Thursday, June 30, 2011

Vegetable Vampire and Avian Usurper

This is a 50 year old jewel box made from sandalwood. A similar box would now cost around 10,000 rupees. The box is still fragrant , but the boxes now available in the market are usually fake. Sandalwood has become a rarity in its own native land.
This is a sandalwood tree in my garden, which is embraced tightly by the Goosefoot vine. The vine is not the vegetable vampire, but it is the Sandalwood tree that is the vampire!
The roots of the Sandalwood Santalum album make contact with the host plant, here my neighbour's coconut tree, and penetrate the tissue of the host tree,s roots. Much of the nutrition is drawn this way. My neighbour, being an engineer, is unaware of this fact, and has not complained to me of the small size of the coconuts he gets from the tree!
These tiny purple flowers of the Sandalwood become dark berries, much loved by the birds. But it is the Koel, the Indian cuckoo, who has claimed territorial rights to this tree. He helps in scattering the seeds, and I find the seedlings all over my garden.
You can see the black silhouette of the koel in the tree in this picture. He does not build a nest, but his wife lays her egg stealthily in the nest of crows on the top of my tall teak tree. The crows look after the egg and the nestling after it hatches. The koel keeps a constant watch over the nest and guards it against intruders by screaming loudly. He also wakes me up every day at 2.30 in the morning!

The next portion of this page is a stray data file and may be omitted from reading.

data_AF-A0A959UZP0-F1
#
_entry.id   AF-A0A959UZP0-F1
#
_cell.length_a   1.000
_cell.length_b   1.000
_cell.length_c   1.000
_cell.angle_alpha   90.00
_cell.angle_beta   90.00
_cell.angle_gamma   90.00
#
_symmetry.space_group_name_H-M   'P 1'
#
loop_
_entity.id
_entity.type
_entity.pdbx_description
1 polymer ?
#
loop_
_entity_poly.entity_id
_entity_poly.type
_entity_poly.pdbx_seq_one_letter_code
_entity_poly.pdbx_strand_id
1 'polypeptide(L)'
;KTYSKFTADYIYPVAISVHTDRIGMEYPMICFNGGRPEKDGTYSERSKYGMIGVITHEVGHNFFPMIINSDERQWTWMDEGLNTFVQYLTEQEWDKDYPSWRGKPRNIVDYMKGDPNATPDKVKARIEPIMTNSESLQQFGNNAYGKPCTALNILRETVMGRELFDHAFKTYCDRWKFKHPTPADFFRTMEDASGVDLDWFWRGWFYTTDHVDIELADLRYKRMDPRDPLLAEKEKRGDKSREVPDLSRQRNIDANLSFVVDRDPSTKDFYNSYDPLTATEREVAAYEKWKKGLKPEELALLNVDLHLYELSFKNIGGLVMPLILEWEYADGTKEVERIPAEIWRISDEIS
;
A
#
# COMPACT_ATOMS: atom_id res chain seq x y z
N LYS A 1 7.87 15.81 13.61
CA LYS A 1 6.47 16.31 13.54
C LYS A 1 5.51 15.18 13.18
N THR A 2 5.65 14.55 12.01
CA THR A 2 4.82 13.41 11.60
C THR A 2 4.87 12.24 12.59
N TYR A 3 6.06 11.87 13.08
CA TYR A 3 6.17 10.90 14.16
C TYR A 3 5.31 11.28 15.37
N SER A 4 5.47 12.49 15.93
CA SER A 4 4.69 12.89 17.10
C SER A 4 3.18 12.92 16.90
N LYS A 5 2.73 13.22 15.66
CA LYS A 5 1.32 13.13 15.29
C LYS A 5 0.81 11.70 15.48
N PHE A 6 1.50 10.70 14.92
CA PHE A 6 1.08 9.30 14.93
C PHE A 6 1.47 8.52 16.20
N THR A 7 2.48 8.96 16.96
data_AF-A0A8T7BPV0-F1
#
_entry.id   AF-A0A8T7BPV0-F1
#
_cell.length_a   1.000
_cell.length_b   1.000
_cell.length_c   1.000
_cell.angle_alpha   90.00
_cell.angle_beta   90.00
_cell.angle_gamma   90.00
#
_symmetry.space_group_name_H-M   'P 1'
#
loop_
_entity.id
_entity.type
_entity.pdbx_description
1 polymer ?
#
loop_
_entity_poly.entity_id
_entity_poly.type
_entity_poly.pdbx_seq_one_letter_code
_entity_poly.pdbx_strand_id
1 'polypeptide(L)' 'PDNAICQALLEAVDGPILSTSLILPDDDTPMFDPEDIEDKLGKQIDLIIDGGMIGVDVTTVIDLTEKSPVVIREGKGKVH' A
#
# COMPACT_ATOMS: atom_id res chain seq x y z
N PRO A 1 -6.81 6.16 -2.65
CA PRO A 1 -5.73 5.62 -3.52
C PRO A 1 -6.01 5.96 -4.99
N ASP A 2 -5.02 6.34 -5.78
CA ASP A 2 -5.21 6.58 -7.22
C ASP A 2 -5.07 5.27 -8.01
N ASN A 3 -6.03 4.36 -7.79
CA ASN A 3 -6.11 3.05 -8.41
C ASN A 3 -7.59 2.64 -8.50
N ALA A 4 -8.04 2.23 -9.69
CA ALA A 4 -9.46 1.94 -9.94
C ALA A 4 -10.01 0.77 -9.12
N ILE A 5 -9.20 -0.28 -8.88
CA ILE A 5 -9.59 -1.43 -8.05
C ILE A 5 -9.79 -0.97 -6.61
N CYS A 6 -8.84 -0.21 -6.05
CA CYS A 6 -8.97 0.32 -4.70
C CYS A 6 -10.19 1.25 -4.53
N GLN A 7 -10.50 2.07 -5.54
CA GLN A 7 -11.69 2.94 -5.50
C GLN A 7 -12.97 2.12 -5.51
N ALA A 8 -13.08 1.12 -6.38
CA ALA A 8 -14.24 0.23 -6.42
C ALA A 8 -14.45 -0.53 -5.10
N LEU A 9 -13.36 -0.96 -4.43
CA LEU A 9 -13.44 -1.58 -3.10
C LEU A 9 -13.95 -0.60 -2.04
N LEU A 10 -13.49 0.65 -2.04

You can see better pictures of the Koel here.

6 comments:

  1. What an interesting post! Didn't know that about Sandalwood! Terrific captures as well! Enjoy your day!

    Sylvia

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  2. Read this post as avidly as I used to read the Princess and the Dragon fairy tales in my childhood! I know the koel is called the Indian Nightingale, but does it *have* to tune its throat at unearthly hours?:) Nice pics of the bird in the link.

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  3. Wonderful post and I loved the title! That sandalwood box is beautiful...clicked to see the details. Interesting reading about the tree/koel connection. I'd only known about the smell and none of the 'vampire characteristics' of the tree!!

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  4. A wonderful, informative post about your world which is so different than mine! I like that both the sandalwood tree and the koel bird are opportunistic.

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  5. Oh wow, that's how a sandalwood tree looks like. I use a lot of sandalwood incense during prayers. I like the scent.

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  6. That's amazing lotusleaf - I had no idea that sandalwood behaved like that!

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